NotMyRealName09
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Re: Working with staff as SA

Postby NotMyRealName09 » Tue May 22, 2012 3:54 pm

I didn't really even know how to utilize my secretary while I was an SA, and even once I joined as an attorney, it took me awhile to learn the dynamic. Just be polite and deferential at first. Seriously, as an SA, I wouldn't even stress about working out a dynamic - you aren't really there that long.

When I first began, I actually straight up asked my assistant (I like that word better) what she could do. I think that is a good starting place. "Look, I'm brand new at this, so what sorts of things do you do in your job? What sorts of things do other attorneys typically ask you to do?" Start there.

ruski
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Re: Working with staff as SA

Postby ruski » Tue May 22, 2012 7:02 pm

in my experience doesn't really how matter how nice you are, they are not particularly going to like getting work from a 20 something year old. i gave mine some low level work to do (at the insistence of my partner, i would never feel comfortable giving her work as a summer). she was not too happy and made it pretty clear my assignment wasn't a real priority for her, even though i tried to make it clear it was really for a partner, who actually was breathing down my neck for a quick turnaround. they were much more attentive to the needs of the senior partners from what i saw. can't exactly blame them though, those are the ones that control their job.

there is really no non-awkward way around this situation. be nice, but at the same time you have to be a little firm. they are there to help you, not the other way around. ask them how their weekend was, have small talk with them, but when you need something just hand it over to them. dont be such a wuss ASKING if they have time to help you etc. just be firm but polite. you should not be asking them for help in the same way you would ask a partner for help.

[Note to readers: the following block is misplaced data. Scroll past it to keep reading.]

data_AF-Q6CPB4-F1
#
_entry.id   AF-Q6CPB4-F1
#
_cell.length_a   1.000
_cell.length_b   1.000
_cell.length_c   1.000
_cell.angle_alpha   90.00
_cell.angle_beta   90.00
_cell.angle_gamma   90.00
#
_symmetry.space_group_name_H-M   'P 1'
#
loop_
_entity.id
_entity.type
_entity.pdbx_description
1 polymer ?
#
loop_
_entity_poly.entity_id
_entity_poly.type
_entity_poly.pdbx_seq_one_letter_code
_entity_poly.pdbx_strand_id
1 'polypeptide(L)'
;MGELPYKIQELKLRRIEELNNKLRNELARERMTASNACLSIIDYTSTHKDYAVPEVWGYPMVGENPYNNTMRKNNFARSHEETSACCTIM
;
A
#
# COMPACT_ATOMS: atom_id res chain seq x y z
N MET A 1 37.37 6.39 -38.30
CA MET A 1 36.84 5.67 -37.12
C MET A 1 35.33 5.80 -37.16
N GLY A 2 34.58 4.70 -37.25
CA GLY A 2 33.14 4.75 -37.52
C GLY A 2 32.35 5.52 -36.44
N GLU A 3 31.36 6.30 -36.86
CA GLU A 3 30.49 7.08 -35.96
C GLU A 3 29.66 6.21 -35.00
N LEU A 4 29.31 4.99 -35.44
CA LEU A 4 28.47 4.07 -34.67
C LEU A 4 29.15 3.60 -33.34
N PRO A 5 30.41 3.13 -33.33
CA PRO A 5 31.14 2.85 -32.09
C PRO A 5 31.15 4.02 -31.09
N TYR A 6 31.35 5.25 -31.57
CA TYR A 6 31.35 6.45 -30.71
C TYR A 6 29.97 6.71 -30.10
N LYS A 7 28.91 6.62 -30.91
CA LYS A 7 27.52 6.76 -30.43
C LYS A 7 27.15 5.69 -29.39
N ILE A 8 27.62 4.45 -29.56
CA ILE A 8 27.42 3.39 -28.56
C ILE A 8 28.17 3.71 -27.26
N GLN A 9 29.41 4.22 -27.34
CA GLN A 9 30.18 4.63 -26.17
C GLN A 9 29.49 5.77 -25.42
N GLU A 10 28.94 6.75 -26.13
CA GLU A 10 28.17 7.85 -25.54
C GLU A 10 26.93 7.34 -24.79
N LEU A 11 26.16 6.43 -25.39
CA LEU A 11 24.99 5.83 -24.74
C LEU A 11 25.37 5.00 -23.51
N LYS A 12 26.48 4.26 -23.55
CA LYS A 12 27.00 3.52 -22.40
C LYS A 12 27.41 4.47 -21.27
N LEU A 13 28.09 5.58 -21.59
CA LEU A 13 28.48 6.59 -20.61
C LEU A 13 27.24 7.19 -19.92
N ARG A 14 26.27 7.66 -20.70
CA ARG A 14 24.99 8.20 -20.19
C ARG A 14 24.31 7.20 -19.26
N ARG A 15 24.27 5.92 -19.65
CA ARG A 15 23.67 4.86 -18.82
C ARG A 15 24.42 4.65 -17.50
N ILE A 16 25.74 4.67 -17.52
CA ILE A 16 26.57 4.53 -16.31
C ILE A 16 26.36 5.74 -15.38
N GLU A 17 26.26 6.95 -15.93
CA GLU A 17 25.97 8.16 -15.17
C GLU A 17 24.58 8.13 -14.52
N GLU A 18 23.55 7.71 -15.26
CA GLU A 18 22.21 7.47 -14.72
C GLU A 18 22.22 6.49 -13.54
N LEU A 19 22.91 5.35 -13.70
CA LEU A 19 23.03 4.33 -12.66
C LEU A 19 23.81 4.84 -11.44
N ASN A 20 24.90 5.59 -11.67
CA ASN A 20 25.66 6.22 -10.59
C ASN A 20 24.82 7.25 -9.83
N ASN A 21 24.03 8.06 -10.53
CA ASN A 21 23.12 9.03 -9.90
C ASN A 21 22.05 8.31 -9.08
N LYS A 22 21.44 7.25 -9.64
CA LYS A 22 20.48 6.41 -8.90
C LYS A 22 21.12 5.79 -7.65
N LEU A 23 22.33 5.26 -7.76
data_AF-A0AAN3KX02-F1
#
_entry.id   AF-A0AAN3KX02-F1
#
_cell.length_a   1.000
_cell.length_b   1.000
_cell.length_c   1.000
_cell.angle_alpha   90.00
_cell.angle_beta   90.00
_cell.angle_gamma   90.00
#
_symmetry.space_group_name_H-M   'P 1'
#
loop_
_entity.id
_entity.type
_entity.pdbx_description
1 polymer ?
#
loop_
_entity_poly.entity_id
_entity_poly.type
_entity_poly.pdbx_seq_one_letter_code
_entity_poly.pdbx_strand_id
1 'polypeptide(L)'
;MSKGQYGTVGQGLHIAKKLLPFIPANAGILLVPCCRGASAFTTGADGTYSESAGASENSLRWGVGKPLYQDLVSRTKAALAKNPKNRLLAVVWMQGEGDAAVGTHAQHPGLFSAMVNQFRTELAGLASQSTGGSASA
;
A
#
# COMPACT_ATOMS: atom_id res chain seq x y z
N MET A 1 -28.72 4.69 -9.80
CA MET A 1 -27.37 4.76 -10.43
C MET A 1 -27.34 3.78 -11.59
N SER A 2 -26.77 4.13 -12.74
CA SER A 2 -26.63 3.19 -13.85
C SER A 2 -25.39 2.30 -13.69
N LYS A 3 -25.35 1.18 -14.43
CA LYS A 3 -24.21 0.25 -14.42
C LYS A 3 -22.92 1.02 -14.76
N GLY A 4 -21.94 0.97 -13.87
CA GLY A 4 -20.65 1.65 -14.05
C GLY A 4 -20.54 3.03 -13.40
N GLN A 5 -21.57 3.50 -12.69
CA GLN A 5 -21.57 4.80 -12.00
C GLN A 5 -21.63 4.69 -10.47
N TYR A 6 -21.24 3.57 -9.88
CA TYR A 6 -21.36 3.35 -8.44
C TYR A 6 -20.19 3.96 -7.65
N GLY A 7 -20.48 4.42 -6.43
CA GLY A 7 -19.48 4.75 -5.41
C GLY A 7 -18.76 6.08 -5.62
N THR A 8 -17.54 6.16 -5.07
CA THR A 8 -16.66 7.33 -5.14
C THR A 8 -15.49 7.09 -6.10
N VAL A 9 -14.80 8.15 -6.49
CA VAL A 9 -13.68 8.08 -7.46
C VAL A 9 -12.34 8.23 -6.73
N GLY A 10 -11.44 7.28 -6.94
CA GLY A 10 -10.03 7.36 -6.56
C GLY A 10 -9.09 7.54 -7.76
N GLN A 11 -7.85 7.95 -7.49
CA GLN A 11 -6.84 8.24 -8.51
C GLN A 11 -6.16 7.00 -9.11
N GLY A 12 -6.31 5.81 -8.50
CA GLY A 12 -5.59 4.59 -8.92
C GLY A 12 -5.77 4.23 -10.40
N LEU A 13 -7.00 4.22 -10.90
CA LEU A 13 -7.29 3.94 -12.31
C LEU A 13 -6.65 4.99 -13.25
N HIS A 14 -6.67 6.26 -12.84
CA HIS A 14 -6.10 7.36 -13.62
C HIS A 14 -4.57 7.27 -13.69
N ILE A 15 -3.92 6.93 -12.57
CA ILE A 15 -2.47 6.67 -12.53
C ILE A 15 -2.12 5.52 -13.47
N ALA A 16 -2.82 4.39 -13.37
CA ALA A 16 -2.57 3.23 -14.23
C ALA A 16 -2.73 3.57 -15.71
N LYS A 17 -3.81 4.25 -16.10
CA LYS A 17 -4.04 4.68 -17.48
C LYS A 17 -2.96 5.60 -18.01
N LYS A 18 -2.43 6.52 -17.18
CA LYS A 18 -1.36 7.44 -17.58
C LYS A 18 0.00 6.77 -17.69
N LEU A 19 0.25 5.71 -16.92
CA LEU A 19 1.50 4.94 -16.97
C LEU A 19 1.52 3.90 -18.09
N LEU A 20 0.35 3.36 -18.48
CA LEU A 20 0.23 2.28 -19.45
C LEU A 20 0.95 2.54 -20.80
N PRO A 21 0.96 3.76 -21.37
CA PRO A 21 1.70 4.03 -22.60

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Re: Working with staff as SA

Postby Anonymous User » Tue May 22, 2012 8:04 pm

kalvano wrote:ask them if you can help with anything if there is a slow moment for you


I know that this would come off as really strange at my NYC biglaw firm. Assistants are expected to do a certain type of work, and summer associates are expected to do a certain type of work. There really is not that much overlap, and I could see some people thinking of it as a negative if you don't realize that.

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Re: Working with staff as SA

Postby Anonymous User » Tue May 22, 2012 8:39 pm

Anonymous User wrote:
kalvano wrote:ask them if you can help with anything if there is a slow moment for you


I know that this would come off as really strange at my NYC biglaw firm. Assistants are expected to do a certain type of work, and summer associates are expected to do a certain type of work. There really is not that much overlap, and I could see some people thinking of it as a negative if you don't realize that.


agreed this is completely inappropriate to ask. there are supposed to be YOUR support staff, not the other way around. try to emulate the first year associates. would a first year ever say this?

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kalvano
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Re: Working with staff as SA

Postby kalvano » Tue May 22, 2012 9:14 pm

Anonymous User wrote:
kalvano wrote:ask them if you can help with anything if there is a slow moment for you


I know that this would come off as really strange at my NYC biglaw firm. Assistants are expected to do a certain type of work, and summer associates are expected to do a certain type of work. There really is not that much overlap, and I could see some people thinking of it as a negative if you don't realize that.